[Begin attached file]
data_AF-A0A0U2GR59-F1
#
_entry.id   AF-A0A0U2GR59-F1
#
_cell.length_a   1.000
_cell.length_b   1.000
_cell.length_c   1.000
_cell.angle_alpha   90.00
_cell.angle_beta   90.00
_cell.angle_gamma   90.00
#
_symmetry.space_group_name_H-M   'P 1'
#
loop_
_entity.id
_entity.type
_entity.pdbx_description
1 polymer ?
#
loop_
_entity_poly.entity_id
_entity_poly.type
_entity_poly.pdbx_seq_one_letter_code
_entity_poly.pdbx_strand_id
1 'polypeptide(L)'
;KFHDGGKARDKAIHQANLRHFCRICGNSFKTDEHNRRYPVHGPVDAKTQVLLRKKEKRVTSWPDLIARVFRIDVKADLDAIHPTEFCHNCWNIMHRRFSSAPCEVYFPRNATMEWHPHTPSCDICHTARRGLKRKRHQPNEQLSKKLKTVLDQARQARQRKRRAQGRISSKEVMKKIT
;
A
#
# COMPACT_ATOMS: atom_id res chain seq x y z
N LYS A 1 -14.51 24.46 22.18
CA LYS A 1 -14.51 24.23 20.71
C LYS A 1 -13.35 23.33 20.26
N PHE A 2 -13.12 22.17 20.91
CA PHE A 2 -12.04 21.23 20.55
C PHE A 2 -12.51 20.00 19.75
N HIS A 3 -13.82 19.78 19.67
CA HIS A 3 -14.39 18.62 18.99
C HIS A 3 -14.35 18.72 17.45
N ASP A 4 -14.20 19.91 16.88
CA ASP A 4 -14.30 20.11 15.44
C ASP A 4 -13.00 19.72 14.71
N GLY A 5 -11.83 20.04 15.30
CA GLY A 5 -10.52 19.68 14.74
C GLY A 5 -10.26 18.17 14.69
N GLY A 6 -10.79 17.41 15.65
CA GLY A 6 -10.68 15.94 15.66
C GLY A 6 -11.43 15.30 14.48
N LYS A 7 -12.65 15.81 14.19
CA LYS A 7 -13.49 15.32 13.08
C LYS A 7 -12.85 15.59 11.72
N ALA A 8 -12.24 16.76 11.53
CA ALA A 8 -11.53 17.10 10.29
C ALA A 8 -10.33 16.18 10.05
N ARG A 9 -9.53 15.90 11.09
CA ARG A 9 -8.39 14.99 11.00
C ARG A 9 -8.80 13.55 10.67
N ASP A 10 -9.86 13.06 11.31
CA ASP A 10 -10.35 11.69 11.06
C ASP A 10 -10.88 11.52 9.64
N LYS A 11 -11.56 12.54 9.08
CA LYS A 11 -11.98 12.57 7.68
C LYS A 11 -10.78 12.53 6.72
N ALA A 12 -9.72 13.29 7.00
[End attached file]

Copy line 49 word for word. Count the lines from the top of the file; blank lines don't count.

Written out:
N LYS A 7 -12.65 15.81 14.19